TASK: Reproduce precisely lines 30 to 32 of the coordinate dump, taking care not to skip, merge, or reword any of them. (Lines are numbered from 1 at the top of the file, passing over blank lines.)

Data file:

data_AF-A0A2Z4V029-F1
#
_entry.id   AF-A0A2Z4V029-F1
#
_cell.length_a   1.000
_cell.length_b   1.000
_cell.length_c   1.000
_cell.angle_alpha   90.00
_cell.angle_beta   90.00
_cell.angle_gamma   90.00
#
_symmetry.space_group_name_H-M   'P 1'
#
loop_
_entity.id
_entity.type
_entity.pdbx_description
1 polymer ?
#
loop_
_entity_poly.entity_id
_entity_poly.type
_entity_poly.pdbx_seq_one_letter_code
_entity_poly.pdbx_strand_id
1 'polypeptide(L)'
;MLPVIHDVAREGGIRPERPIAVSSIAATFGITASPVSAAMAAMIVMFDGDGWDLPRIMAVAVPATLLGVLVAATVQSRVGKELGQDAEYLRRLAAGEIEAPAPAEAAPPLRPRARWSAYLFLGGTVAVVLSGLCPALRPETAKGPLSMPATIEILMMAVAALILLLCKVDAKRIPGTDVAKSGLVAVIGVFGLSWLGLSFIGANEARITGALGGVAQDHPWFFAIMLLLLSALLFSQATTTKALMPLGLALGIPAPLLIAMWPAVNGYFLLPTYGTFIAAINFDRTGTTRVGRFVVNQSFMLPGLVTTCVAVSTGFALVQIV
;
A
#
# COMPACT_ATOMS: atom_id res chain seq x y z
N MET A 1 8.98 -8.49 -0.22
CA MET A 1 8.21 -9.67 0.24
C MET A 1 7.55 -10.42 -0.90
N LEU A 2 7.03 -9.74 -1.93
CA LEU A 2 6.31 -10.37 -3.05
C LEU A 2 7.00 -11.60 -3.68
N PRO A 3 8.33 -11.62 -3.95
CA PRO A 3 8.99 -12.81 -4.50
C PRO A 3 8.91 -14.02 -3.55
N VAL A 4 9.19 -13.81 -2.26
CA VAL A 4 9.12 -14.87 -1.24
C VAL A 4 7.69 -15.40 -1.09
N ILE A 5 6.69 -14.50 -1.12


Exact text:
# COMPACT_ATOMS: atom_id res chain seq x y z
N MET A 1 8.98 -8.49 -0.22
CA MET A 1 8.21 -9.67 0.24